Wednesday, November 26, 2008

Guilty Verdict In MySpace Suicide case.

Verdict in MySpace Suicide Case

(Nov 26, 2008)
LOS ANGELES — A federal jury here convicted a Missouri woman of three misdemeanor charges of computer fraud for her involvement in creating a phony account on MySpace to trick a teenager, who later committed suicide.

The defendant, Lori Drew, 49, faces up to three years in prison and $300,000 in fines, according to federal sentencing guidelines.

The jury rejected felony charges against Ms. Drew, and was deadlocked on a conspiracy count. Judge George Wu declared a mistrial on that charge.

Ms. Drew, who showed little emotion during the trial, sat stone-faced as the clerk read the jury’s findings. Tina Meier, the mother of the girl who committed suicide, shook her head slowly until the misdemeanor findings were read. None of the jurors would comment as they left the courtroom, nor would Ms. Drew, whose face was red and twisted with rage as she departed.

Her lawyer requested a new trial on the three misdemeanor counts, and the judge scheduled a hearing on that matter for late December.

The trial was an unusual use of computer fraud statutes prohibiting accessing a computer without authorization through interstate commerce to obtain information to inflict emotional distress. Local prosecutors in Missouri declined to bring charges. But Thomas O’Brien, the United States attorney here, asserted jurisdiction on the theory that MySpace is based in Los Angeles, where its servers are housed.

Mr. O’Brien, who tried the case himself with the firepower of two subordinates, said he was pleased with the verdict. "The overwhelming message,” he said, “is if you are going to attempt to annoy or go after a little girl and you’re going to use the Internet to do so, this office and others across the country will hold you responsible.”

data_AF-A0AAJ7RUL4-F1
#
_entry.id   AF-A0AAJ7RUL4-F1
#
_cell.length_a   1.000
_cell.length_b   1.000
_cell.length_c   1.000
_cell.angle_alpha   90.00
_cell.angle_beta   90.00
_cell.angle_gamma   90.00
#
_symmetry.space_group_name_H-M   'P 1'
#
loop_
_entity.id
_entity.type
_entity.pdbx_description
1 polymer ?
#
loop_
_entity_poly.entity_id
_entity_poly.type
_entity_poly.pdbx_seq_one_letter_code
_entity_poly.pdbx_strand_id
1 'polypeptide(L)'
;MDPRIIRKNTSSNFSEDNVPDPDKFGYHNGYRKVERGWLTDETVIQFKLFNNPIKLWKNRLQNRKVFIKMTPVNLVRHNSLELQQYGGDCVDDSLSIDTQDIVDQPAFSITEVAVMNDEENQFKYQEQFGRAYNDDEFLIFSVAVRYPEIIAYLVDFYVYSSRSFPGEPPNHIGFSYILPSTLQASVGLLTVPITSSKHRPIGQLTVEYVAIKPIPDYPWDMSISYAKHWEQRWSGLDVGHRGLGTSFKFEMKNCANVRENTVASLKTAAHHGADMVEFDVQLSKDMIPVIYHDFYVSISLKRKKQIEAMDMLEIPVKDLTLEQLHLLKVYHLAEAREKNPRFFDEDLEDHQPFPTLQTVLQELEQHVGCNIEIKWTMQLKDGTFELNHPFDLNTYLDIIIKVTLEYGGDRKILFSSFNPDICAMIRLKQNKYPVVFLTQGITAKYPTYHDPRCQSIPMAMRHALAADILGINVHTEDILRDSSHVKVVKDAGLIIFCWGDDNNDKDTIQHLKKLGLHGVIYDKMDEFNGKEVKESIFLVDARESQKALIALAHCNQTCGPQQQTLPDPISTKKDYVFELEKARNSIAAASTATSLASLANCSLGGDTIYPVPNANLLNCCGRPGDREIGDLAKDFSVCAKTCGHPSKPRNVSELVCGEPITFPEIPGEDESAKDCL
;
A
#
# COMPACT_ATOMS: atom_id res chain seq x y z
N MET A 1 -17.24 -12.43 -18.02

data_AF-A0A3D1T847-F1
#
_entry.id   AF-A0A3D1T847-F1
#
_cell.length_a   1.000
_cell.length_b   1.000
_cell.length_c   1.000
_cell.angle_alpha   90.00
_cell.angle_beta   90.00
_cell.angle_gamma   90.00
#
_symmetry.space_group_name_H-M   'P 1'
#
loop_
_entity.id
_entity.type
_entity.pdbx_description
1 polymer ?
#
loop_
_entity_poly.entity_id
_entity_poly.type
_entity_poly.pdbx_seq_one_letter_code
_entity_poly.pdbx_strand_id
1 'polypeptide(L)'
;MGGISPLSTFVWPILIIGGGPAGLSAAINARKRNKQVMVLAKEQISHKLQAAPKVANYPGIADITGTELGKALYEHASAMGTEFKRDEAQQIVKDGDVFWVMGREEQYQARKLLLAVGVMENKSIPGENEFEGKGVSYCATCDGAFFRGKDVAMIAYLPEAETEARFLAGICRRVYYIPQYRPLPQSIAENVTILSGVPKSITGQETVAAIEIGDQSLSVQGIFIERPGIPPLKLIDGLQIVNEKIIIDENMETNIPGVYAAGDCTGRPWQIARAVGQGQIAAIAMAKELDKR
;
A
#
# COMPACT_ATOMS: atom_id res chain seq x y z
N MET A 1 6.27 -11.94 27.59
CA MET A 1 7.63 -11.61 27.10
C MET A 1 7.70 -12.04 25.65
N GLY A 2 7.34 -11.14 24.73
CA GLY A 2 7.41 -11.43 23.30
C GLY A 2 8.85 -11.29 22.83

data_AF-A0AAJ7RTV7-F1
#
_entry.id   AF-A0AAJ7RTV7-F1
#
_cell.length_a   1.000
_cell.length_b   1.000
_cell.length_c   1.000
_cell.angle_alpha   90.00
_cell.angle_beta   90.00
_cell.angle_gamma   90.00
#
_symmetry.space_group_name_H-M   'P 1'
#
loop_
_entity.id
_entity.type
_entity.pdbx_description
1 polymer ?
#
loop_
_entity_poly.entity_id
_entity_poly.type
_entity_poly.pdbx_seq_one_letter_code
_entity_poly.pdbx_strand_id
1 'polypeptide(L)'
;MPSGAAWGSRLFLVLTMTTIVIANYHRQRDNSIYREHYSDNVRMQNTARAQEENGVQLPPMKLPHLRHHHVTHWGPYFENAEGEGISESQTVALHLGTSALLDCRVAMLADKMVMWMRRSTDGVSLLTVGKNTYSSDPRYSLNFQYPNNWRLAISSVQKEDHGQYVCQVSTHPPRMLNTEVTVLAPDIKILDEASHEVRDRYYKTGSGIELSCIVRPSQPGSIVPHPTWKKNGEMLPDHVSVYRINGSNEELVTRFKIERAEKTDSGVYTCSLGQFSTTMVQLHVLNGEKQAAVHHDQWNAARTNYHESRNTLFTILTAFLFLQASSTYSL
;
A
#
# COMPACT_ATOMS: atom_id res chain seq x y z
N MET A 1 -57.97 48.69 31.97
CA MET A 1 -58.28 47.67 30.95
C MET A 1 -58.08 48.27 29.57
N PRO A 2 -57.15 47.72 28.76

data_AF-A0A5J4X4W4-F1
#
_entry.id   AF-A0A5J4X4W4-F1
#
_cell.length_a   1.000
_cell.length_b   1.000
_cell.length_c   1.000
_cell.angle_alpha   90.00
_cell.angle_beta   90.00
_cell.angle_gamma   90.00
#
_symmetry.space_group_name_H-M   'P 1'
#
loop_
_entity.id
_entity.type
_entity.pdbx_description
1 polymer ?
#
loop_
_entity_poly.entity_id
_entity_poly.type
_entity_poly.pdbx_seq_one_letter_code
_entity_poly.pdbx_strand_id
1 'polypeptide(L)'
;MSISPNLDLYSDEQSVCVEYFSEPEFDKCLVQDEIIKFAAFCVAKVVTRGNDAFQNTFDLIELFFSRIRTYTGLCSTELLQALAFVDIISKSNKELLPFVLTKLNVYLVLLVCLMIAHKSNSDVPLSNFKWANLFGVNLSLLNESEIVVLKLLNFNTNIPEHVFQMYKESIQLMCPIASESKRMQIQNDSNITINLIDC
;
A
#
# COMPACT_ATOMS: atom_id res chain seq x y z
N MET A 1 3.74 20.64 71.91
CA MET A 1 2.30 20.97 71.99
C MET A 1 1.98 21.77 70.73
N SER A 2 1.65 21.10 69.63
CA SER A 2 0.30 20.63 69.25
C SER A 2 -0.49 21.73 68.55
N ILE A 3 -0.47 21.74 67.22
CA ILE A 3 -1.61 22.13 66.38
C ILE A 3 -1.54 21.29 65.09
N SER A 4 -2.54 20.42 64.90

Ms. Meier said that she hoped Ms. Drew would serve jail time, and that even without the felony convictions, she felt satisfied. "This day is not any harder then the day when I found Megan," she said. "This has never been about vengeance. This is about justice. For me it’s absolutely worth it every single day sitting in that court hoping there was justice."

During the five-day trial, prosecutors portrayed Ms. Drew as working in concert with her then 13-year-old daughter, Sarah, and Ashley Grills, a family friend and employee of Ms. Drew’s magazine coupon business, to create a good-looking teenage boy, “Josh Evans,” as an Internet identity to communicate online with Ms. Meier’s daughter Megan.

The purpose of the hoax, several witnesses testified, was to use Megan’s e-mail exchanges with "Josh" to humiliate Megan in retribution for her unkind acts toward Sarah. But the jury appeared to reject the idea that there was malicious intent behind the e-mail messages, which is required for a felony conviction. Instead, it seemed to accept the theory presented in defense testimony that the account was created simply to get information about Megan.

While it was clearly established during the trial that Ms. Grills, not Ms. Drew, set up the MySpace account, prosecutors contended that because the computer was in Ms. Drew’s home and because she frequently participated in sending e-mail messages to Megan, she violated both the user agreement of MySpace and committed felonious computer fraud, made all the more egregious because she knew that Megan had struggled with depression and suicidal thoughts since the third grade.

After weeks of online courtship with "Josh,” Megan was distressed one afternoon in October 2006, according to testimony at the trial, when she received an e-mail message from him that said, "the world would be a better place without you." Ms. Grills, who is now 20, testified under an immunity agreement that shortly after that message was sent, Megan wrote back, ”You’re the kind of boy a girl would kill herself over.” Megan hanged herself that same afternoon.

The last e-mail message from Megan was revealed for the first time in the trial. Ms. Drew’s lawyer, H. Dean Steward, argued that his client had minimal knowledge of the account, and had never read the user agreement. He also argued that prosecutors were trying the case as a homicide rather than as a computer fraud case.

Each day of the short trial was punctuated with highly emotional testimony, including that of Ms. Meier, who tearfully recalled finding her daughter after she hanged herself, and of Sarah, who testified, although her mother did not, about events over the 28 days that the Myspace account for “Josh” was open.

1 comment:

Ronald said...

Its too bad that bitch didnt get felony convictions. justice was not seved today but thats L.A.